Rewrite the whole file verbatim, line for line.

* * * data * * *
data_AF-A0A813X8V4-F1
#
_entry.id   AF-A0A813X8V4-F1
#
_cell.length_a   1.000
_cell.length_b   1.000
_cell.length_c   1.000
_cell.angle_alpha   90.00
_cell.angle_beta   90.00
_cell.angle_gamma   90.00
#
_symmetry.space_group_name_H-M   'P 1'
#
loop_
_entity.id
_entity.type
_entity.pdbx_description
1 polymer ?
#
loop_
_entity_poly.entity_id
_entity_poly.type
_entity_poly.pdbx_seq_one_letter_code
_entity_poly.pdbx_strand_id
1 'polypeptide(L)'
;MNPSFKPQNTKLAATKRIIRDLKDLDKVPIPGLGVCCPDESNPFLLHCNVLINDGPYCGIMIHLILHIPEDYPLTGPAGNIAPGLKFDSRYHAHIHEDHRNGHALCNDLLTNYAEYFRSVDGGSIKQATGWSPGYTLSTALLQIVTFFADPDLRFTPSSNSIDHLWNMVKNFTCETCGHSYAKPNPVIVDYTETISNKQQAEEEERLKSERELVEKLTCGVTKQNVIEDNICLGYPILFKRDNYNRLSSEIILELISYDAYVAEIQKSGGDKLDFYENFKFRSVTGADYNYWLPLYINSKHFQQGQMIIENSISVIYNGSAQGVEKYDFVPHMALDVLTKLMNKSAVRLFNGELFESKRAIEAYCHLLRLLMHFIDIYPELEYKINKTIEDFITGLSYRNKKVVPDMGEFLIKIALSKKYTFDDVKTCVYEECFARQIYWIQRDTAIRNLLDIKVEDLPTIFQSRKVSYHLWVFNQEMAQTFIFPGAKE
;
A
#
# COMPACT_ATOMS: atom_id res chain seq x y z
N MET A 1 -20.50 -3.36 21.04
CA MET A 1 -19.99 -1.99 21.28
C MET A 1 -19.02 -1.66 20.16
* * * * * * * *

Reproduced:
data_AF-A0A813X8V4-F1
#
_entry.id   AF-A0A813X8V4-F1
#
_cell.length_a   1.000
_cell.length_b   1.000
_cell.length_c   1.000
_cell.angle_alpha   90.00
_cell.angle_beta   90.00
_cell.angle_gamma   90.00
#
_symmetry.space_group_name_H-M   'P 1'
#
loop_
_entity.id
_entity.type
_entity.pdbx_description
1 polymer ?
#
loop_
_entity_poly.entity_id
_entity_poly.type
_entity_poly.pdbx_seq_one_letter_code
_entity_poly.pdbx_strand_id
1 'polypeptide(L)'
;MNPSFKPQNTKLAATKRIIRDLKDLDKVPIPGLGVCCPDESNPFLLHCNVLINDGPYCGIMIHLILHIPEDYPLTGPAGNIAPGLKFDSRYHAHIHEDHRNGHALCNDLLTNYAEYFRSVDGGSIKQATGWSPGYTLSTALLQIVTFFADPDLRFTPSSNSIDHLWNMVKNFTCETCGHSYAKPNPVIVDYTETISNKQQAEEEERLKSERELVEKLTCGVTKQNVIEDNICLGYPILFKRDNYNRLSSEIILELISYDAYVAEIQKSGGDKLDFYENFKFRSVTGADYNYWLPLYINSKHFQQGQMIIENSISVIYNGSAQGVEKYDFVPHMALDVLTKLMNKSAVRLFNGELFESKRAIEAYCHLLRLLMHFIDIYPELEYKINKTIEDFITGLSYRNKKVVPDMGEFLIKIALSKKYTFDDVKTCVYEECFARQIYWIQRDTAIRNLLDIKVEDLPTIFQSRKVSYHLWVFNQEMAQTFIFPGAKE
;
A
#
# COMPACT_ATOMS: atom_id res chain seq x y z
N MET A 1 -20.50 -3.36 21.04
CA MET A 1 -19.99 -1.99 21.28
C MET A 1 -19.02 -1.66 20.16